## The Unfinished Game: Pascal, Fermat, and the Seventeenth-Century Letter that Made the World Modern – Keith Devlin

**Thoughts:** I found *The Unfinished Game*, a book about the early development of probability theory, browsing the stacks in the Kitchener Public Library. For me, the book mostly underscored things I already knew about probability theory rather than providing many new insights, but I found it to be well written and enjoyable to read. The structure of the book, build around correspondance between Pierre de Fermat and Blaise Pascal, worked better than I initially thought it might.

(The notes below are not a summary of the book, but rather raw notes - whatever I thought, at the time, might be worth remembering.)

Devlin, Keith. 2008. *The Unfinished Game: Pascal, Fermat, and the Seventeenth-Century Letter that Made the World Modern*. Basic Books.

- 162-163:
*de Finetti games*, named after Bruno de Finetti, are a way of giving meaning to subjective statements of epistemic confidence like*I’m 95% sure I remembered to turn off the gas before I left the house*: “Suppose you are the person who makes the claim (that you are 95 percent certain you turned off the gas). I now offer you a deal. I present you with a jar containing 100 balls, 95 of them red, 5 black. You have a choice. You can draw one ball from the jar, and if it’s red, you win $1 million. Or we can go back and see if the gas is on, and if it is not, I give you $1 million. ¶ Now, if your ‘95 percent certain’ claim were an accurate assessment of your confidence, it would not make any difference whether you choose to pick a bowl from the jar or to go back with me and check the status of the gas stove. [But if you choose to pick a ball, you thus demonstrate] that what I will call your*rational confidence*that you have turned off the gas is at most 95 percent.” You can then repeat this game with different ratios of red to black balls, to hone in on how confident a person is about a claim.- A de Finetti game thus allows you to convert a statement about epistemic probability into a statement about frequentist probability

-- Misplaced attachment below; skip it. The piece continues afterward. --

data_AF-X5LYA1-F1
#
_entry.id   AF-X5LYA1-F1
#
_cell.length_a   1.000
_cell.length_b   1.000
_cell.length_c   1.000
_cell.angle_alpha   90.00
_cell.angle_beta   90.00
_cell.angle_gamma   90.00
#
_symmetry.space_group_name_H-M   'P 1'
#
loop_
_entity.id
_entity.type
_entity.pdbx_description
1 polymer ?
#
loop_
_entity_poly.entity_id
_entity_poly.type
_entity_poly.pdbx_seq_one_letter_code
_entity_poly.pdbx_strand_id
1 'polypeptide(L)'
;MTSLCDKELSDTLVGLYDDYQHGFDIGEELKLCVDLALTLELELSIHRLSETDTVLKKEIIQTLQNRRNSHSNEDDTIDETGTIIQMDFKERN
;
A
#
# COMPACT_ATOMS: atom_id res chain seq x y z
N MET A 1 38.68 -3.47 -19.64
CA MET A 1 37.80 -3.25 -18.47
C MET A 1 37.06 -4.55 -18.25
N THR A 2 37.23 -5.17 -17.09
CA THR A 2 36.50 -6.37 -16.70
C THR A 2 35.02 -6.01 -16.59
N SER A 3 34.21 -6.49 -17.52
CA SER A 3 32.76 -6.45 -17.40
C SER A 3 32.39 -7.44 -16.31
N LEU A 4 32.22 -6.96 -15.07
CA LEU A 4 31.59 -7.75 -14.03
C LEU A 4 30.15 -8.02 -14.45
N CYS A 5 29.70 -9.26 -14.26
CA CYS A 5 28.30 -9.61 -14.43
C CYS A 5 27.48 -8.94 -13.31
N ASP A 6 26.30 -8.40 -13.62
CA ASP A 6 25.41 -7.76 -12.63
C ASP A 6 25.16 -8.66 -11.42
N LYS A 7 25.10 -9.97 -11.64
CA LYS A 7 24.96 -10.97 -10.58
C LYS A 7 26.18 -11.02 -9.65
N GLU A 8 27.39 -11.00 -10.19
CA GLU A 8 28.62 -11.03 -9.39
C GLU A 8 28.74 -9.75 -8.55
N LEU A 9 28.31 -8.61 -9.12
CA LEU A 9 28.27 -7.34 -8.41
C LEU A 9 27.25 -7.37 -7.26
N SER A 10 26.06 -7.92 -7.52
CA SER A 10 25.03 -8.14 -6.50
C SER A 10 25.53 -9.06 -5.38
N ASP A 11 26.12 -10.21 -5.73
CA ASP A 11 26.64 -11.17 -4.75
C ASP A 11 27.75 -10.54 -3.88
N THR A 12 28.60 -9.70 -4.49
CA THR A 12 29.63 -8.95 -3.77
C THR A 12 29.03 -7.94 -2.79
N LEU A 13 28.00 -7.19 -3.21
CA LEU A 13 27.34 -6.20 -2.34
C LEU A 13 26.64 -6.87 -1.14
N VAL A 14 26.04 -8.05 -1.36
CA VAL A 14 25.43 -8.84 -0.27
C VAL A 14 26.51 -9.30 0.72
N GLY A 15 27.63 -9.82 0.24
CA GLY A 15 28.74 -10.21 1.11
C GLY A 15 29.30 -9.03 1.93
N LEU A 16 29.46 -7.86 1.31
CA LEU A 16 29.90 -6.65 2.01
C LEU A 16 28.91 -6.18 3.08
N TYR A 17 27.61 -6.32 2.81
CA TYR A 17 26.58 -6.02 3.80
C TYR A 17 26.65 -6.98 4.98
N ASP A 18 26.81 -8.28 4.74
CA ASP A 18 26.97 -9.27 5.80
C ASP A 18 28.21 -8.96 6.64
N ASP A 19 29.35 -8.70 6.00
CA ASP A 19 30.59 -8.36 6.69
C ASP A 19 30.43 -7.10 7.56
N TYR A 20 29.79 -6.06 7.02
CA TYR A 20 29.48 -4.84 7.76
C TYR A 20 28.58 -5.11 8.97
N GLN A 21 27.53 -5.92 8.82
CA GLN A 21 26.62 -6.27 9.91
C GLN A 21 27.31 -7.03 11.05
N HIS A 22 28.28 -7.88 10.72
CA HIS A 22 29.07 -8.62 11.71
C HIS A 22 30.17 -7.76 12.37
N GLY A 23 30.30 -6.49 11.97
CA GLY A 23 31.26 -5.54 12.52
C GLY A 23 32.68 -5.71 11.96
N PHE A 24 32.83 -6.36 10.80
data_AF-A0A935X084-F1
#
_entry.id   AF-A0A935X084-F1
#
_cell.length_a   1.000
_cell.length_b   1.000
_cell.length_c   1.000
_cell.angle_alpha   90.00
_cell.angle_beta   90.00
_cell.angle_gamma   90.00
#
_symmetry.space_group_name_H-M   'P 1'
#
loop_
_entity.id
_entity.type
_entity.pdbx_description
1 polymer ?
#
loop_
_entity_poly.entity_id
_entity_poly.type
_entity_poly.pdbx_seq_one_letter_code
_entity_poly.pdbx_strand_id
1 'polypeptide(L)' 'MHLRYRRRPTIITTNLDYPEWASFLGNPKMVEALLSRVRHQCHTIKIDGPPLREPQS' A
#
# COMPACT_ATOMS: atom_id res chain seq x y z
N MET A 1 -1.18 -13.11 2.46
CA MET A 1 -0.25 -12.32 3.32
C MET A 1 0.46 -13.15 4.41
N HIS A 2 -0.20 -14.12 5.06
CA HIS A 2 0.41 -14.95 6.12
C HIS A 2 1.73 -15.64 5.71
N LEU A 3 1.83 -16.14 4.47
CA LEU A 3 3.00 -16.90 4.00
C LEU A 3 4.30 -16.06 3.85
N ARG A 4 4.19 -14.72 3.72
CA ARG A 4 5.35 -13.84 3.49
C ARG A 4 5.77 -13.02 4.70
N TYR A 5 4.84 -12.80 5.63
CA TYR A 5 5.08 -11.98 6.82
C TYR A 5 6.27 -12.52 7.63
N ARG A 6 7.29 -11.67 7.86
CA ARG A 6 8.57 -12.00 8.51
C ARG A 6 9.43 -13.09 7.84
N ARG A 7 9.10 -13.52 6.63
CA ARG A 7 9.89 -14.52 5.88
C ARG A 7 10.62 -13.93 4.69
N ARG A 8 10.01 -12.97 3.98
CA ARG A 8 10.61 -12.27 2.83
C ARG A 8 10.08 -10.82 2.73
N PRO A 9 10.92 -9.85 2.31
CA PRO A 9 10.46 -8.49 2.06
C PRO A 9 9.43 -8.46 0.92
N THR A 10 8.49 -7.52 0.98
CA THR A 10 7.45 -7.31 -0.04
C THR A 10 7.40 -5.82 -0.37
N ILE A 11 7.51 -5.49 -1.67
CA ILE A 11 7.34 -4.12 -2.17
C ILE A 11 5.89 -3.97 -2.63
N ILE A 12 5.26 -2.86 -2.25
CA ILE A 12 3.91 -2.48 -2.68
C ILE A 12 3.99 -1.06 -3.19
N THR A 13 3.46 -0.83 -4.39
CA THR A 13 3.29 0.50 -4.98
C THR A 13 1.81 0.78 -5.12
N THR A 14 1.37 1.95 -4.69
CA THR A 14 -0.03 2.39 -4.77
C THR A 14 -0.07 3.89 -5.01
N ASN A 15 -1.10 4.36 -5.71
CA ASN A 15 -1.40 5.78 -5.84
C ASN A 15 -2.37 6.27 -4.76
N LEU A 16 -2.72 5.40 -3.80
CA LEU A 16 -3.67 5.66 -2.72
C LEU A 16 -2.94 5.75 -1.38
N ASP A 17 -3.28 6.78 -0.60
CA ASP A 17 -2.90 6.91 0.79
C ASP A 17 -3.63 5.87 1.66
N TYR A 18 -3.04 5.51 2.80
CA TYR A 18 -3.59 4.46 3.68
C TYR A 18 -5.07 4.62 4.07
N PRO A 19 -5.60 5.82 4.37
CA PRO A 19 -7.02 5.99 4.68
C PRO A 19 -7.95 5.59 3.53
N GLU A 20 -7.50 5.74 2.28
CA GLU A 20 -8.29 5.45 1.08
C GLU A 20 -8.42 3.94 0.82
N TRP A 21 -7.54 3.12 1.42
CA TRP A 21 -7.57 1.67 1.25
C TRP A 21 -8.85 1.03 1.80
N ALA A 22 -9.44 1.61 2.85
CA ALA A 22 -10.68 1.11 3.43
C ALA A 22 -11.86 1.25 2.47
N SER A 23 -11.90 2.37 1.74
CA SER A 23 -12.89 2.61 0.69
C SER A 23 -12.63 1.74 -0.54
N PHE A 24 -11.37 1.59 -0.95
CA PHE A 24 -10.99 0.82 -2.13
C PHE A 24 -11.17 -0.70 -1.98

Posted: Apr 11, 2023. Last updated: Aug 31, 2023.